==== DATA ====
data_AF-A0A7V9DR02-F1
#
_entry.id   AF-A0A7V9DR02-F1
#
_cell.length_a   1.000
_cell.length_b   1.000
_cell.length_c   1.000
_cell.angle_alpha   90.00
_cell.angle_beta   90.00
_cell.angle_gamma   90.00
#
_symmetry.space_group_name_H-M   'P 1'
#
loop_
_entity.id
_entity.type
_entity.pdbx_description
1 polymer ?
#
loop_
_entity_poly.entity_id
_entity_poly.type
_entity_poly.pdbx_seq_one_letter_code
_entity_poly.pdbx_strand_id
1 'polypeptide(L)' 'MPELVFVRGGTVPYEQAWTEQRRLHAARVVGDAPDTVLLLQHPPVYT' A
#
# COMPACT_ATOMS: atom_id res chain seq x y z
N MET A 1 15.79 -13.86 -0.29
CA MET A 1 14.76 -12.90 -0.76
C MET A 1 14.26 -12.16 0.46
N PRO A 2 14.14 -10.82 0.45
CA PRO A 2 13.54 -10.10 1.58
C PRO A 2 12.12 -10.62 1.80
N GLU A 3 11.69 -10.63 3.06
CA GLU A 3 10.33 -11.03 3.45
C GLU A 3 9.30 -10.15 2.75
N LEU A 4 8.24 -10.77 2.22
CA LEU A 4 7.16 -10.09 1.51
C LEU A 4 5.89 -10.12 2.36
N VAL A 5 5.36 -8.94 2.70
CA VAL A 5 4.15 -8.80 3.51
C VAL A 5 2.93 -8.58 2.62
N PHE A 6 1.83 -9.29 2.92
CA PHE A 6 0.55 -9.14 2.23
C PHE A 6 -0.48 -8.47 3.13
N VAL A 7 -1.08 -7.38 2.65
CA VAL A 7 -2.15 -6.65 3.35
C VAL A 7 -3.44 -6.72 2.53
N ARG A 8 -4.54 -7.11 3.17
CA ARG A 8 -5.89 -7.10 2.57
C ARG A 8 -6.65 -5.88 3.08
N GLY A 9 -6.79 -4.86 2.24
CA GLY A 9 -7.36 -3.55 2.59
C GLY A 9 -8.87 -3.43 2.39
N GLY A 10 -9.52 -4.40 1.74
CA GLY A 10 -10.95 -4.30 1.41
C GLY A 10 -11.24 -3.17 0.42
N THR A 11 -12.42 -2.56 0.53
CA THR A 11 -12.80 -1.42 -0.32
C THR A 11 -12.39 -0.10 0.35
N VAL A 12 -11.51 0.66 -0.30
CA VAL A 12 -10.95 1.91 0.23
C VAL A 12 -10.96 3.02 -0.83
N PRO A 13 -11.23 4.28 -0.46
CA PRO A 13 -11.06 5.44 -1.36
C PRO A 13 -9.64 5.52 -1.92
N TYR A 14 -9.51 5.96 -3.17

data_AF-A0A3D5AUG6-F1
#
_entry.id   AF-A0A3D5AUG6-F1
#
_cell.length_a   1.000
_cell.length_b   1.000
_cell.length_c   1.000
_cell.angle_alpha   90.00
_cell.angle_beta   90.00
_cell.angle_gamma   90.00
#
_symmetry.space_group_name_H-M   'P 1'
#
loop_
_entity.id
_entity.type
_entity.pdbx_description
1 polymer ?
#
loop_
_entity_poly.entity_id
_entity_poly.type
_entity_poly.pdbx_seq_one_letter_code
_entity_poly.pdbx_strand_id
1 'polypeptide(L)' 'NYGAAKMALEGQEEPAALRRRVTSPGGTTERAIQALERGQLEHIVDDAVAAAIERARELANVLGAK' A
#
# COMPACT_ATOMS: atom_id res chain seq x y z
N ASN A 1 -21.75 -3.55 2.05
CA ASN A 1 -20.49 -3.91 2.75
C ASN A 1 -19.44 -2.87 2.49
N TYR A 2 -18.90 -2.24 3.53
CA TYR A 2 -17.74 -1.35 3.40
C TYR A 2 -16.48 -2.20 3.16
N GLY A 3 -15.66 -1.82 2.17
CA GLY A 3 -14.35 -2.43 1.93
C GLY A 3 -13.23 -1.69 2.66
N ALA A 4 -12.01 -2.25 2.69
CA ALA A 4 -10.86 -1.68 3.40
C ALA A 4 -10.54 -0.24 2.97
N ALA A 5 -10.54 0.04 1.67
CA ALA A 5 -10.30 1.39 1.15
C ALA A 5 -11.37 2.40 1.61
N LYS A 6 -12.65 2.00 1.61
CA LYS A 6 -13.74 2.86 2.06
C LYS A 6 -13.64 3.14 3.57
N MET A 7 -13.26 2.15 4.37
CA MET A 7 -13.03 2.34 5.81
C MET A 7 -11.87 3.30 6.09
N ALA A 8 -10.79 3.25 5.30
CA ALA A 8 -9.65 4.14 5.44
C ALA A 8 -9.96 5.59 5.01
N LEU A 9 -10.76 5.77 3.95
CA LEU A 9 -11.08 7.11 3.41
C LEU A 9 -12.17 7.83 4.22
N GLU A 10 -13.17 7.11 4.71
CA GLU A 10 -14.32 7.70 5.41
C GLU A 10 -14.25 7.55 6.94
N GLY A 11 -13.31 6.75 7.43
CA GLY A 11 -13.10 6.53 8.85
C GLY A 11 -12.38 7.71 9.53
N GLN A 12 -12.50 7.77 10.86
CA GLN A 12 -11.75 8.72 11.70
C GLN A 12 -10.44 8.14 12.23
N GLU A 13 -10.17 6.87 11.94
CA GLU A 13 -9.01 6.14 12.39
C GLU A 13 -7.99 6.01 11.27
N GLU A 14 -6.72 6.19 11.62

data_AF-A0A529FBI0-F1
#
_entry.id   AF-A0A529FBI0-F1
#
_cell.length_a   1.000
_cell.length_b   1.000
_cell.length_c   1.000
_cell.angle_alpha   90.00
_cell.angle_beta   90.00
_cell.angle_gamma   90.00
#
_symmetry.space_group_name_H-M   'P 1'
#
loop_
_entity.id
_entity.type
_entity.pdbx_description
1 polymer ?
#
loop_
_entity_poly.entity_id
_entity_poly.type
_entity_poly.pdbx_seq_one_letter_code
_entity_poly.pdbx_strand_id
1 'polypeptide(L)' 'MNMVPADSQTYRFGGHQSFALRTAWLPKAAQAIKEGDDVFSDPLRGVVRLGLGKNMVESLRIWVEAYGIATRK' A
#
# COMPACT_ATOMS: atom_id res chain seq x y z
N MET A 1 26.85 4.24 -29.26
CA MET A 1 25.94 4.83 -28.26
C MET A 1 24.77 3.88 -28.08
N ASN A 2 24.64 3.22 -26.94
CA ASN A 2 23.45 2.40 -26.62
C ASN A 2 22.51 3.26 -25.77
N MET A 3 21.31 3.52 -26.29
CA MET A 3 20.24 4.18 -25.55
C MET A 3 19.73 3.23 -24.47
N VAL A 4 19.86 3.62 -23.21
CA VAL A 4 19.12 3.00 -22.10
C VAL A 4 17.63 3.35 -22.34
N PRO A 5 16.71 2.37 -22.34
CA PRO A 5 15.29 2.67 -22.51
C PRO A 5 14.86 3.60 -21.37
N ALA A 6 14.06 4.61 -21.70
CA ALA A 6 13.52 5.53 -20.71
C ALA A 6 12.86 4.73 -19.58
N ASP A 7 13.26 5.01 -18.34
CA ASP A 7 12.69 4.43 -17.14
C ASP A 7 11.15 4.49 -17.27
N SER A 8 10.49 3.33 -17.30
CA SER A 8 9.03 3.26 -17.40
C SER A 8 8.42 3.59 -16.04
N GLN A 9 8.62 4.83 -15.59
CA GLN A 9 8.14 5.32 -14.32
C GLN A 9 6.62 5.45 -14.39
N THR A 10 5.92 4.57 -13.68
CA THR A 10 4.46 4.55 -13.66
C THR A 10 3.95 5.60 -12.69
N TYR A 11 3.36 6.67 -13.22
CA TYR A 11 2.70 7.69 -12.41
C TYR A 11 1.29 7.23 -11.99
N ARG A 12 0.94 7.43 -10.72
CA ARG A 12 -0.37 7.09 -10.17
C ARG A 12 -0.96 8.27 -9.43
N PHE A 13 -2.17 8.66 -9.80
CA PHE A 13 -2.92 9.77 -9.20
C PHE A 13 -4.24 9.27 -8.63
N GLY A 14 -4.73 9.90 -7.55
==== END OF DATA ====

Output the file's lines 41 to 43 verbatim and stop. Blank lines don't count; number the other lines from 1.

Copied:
CA VAL A 5 4.15 -8.80 3.51
C VAL A 5 2.93 -8.58 2.62
N PHE A 6 1.83 -9.29 2.92